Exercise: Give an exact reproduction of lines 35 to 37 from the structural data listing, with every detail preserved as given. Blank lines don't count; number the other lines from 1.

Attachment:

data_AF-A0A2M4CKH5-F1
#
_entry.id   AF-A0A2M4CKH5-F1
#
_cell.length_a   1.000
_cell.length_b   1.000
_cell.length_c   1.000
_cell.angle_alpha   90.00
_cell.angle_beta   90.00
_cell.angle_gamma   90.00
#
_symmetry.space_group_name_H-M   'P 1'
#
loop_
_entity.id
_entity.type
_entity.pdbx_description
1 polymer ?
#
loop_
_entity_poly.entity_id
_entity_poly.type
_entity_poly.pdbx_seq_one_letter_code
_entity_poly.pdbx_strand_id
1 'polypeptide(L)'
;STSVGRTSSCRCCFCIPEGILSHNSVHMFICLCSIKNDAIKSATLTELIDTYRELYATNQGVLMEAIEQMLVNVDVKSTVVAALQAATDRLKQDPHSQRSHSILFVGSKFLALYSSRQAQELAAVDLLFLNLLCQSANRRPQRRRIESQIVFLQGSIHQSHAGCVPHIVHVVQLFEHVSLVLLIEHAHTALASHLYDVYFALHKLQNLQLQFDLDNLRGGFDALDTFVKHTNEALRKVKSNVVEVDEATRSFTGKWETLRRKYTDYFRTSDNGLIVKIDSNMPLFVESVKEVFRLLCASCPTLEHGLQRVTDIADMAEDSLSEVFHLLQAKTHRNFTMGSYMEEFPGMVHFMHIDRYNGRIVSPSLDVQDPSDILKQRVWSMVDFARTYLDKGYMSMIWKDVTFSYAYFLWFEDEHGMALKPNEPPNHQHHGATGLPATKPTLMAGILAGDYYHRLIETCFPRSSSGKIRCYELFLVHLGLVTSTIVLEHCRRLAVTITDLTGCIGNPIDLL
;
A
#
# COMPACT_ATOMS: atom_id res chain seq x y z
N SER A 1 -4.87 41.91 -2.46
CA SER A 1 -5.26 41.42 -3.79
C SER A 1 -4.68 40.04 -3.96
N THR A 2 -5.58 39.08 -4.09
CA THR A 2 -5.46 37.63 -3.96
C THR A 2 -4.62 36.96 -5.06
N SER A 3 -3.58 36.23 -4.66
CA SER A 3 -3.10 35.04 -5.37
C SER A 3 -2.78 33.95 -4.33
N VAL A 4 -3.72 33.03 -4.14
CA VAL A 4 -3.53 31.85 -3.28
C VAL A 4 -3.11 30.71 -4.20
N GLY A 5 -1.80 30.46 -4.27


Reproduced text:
CA THR A 2 -5.46 37.63 -3.96
C THR A 2 -4.62 36.96 -5.06
N SER A 3 -3.58 36.23 -4.66